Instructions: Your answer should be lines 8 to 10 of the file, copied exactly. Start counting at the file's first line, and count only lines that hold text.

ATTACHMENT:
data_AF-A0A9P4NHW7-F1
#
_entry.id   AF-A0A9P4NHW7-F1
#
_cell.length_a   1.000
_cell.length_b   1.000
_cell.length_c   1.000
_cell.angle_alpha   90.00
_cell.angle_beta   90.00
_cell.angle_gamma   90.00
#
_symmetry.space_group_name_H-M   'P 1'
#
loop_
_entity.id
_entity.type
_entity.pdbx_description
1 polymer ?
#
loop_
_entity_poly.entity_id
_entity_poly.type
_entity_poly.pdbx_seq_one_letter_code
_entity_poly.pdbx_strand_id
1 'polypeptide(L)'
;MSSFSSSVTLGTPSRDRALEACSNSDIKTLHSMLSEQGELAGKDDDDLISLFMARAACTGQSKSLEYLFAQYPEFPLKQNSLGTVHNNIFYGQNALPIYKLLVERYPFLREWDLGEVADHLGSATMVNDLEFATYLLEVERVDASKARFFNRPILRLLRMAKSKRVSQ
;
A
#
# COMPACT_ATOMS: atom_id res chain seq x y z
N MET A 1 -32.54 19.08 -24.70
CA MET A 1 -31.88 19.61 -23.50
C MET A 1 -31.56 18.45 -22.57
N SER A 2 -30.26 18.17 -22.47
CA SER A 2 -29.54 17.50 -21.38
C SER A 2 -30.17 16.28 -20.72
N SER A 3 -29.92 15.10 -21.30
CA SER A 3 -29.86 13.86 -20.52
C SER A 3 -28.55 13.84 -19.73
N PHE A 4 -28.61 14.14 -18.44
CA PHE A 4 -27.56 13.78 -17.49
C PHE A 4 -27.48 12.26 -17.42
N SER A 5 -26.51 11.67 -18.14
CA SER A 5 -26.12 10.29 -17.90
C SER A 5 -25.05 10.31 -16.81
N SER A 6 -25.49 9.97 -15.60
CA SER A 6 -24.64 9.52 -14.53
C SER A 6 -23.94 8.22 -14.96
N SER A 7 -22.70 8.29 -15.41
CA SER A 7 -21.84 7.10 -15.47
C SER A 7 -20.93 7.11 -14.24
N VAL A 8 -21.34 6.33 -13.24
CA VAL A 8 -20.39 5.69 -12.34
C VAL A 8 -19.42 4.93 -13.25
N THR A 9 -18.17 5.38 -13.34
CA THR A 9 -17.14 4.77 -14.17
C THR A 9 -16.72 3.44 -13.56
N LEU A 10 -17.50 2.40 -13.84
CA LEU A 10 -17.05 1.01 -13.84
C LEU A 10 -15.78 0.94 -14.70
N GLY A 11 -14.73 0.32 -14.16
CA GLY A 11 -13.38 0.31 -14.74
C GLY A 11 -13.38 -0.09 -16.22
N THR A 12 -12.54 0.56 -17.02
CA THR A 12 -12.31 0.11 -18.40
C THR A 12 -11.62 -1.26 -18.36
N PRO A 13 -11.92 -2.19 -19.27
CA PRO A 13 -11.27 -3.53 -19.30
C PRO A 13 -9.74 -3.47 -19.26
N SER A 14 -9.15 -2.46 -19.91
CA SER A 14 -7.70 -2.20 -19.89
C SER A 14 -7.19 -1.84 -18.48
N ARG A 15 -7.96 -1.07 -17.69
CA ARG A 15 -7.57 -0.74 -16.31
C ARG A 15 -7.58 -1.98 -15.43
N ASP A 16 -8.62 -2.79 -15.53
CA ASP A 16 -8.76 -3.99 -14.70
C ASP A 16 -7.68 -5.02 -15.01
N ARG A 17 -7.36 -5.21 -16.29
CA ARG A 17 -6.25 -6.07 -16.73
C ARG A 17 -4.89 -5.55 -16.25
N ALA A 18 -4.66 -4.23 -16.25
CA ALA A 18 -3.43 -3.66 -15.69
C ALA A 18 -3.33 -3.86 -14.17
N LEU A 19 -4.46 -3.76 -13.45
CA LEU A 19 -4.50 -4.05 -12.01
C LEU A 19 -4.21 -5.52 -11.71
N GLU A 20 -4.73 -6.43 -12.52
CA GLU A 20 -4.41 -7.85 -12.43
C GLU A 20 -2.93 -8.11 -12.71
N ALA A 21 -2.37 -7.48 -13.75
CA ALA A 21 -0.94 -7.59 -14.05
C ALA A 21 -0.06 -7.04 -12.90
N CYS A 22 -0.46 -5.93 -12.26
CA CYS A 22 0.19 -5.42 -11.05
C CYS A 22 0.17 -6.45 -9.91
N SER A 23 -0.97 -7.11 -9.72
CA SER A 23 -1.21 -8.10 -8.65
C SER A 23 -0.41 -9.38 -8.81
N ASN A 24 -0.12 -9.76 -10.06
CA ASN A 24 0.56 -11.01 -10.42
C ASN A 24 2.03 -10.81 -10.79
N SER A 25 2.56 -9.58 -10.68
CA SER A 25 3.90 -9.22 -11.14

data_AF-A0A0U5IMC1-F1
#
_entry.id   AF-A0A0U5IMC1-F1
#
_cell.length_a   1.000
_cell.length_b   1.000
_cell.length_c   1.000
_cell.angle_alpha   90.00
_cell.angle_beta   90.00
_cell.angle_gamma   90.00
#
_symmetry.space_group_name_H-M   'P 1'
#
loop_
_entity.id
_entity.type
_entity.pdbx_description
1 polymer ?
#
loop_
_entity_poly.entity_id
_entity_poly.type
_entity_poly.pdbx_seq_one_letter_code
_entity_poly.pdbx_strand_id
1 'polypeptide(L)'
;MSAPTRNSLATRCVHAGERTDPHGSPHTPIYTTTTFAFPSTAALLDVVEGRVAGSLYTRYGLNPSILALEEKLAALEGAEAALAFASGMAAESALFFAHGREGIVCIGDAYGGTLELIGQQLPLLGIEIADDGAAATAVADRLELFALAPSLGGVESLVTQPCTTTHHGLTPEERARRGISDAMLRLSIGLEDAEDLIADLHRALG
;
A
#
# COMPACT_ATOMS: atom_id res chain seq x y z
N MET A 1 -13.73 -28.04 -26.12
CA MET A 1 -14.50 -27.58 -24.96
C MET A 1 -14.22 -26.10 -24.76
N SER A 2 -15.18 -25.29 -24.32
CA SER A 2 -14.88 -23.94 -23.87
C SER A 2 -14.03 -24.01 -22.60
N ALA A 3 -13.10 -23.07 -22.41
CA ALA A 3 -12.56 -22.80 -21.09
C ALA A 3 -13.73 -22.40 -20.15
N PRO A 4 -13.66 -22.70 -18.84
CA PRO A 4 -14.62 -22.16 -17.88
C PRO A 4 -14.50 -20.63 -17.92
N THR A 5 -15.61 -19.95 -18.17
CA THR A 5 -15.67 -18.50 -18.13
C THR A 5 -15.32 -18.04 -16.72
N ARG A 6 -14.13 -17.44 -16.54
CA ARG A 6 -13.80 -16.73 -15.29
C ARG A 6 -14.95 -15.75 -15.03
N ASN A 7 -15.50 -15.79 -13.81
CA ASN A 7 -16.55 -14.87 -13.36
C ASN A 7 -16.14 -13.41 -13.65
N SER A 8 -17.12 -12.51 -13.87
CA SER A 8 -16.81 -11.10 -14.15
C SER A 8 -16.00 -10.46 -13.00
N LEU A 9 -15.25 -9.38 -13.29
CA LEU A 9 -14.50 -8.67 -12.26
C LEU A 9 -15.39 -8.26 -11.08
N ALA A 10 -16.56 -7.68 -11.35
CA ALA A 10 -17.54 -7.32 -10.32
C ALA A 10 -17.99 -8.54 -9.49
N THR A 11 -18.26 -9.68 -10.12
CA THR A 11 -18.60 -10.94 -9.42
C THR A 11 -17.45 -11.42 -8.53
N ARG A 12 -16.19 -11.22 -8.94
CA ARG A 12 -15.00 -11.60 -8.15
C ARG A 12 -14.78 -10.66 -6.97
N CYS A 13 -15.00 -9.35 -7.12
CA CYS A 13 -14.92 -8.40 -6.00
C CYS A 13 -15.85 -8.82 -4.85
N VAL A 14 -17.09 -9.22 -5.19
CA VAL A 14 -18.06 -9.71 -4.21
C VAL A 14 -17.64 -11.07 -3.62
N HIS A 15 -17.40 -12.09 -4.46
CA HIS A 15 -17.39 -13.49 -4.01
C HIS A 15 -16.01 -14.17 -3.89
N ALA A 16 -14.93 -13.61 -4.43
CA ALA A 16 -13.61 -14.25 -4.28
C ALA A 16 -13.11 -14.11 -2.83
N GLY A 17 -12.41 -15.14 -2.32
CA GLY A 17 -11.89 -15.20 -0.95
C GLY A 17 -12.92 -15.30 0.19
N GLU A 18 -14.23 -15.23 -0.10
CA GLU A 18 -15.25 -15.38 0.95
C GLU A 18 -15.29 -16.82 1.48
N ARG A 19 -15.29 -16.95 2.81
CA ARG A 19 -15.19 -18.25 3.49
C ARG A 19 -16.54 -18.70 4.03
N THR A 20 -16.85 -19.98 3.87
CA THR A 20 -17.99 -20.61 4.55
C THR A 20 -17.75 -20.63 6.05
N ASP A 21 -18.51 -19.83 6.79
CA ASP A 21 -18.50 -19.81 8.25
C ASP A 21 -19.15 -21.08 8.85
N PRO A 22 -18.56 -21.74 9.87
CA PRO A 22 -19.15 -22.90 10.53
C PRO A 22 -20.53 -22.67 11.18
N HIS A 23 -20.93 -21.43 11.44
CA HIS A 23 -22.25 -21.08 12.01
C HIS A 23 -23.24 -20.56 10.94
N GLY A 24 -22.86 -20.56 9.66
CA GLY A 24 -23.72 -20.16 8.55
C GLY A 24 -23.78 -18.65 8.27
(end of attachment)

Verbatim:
_cell.angle_alpha   90.00
_cell.angle_beta   90.00
_cell.angle_gamma   90.00